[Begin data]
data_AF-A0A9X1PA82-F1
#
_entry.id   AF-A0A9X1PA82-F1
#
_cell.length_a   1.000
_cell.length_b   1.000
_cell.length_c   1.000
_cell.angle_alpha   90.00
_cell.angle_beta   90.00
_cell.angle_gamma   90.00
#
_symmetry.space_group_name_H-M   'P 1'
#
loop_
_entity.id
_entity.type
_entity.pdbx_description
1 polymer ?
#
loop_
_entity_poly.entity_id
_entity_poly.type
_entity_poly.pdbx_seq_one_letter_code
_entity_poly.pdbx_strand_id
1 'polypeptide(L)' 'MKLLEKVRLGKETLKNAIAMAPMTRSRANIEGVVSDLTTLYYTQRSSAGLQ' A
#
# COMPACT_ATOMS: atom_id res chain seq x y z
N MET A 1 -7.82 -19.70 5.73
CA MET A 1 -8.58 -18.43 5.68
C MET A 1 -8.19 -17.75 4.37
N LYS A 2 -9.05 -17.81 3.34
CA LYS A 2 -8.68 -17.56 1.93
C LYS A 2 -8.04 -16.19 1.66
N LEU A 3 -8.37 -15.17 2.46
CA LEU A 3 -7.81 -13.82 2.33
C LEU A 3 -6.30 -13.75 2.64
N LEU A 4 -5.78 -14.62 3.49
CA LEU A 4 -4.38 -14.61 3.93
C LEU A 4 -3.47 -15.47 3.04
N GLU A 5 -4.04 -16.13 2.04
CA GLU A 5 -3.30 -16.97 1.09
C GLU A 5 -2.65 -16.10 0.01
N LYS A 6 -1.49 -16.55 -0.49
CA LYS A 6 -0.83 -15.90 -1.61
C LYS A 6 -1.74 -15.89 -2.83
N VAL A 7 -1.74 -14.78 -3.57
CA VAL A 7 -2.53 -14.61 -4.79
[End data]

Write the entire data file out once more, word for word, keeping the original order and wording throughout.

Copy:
data_AF-A0A9X1PA82-F1
#
_entry.id   AF-A0A9X1PA82-F1
#
_cell.length_a   1.000
_cell.length_b   1.000
_cell.length_c   1.000
_cell.angle_alpha   90.00
_cell.angle_beta   90.00
_cell.angle_gamma   90.00
#
_symmetry.space_group_name_H-M   'P 1'
#
loop_
_entity.id
_entity.type
_entity.pdbx_description
1 polymer ?
#
loop_
_entity_poly.entity_id
_entity_poly.type
_entity_poly.pdbx_seq_one_letter_code
_entity_poly.pdbx_strand_id
1 'polypeptide(L)' 'MKLLEKVRLGKETLKNAIAMAPMTRSRANIEGVVSDLTTLYYTQRSSAGLQ' A
#
# COMPACT_ATOMS: atom_id res chain seq x y z
N MET A 1 -7.82 -19.70 5.73
CA MET A 1 -8.58 -18.43 5.68
C MET A 1 -8.19 -17.75 4.37
N LYS A 2 -9.05 -17.81 3.34
CA LYS A 2 -8.68 -17.56 1.93
C LYS A 2 -8.04 -16.19 1.66
N LEU A 3 -8.37 -15.17 2.46
CA LEU A 3 -7.81 -13.82 2.33
C LEU A 3 -6.30 -13.75 2.64
N LEU A 4 -5.78 -14.62 3.49
CA LEU A 4 -4.38 -14.61 3.93
C LEU A 4 -3.47 -15.47 3.04
N GLU A 5 -4.04 -16.13 2.04
CA GLU A 5 -3.30 -16.97 1.09
C GLU A 5 -2.65 -16.10 0.01
N LYS A 6 -1.49 -16.55 -0.49
CA LYS A 6 -0.83 -15.90 -1.61
C LYS A 6 -1.74 -15.89 -2.83
N VAL A 7 -1.74 -14.78 -3.57
CA VAL A 7 -2.53 -14.61 -4.79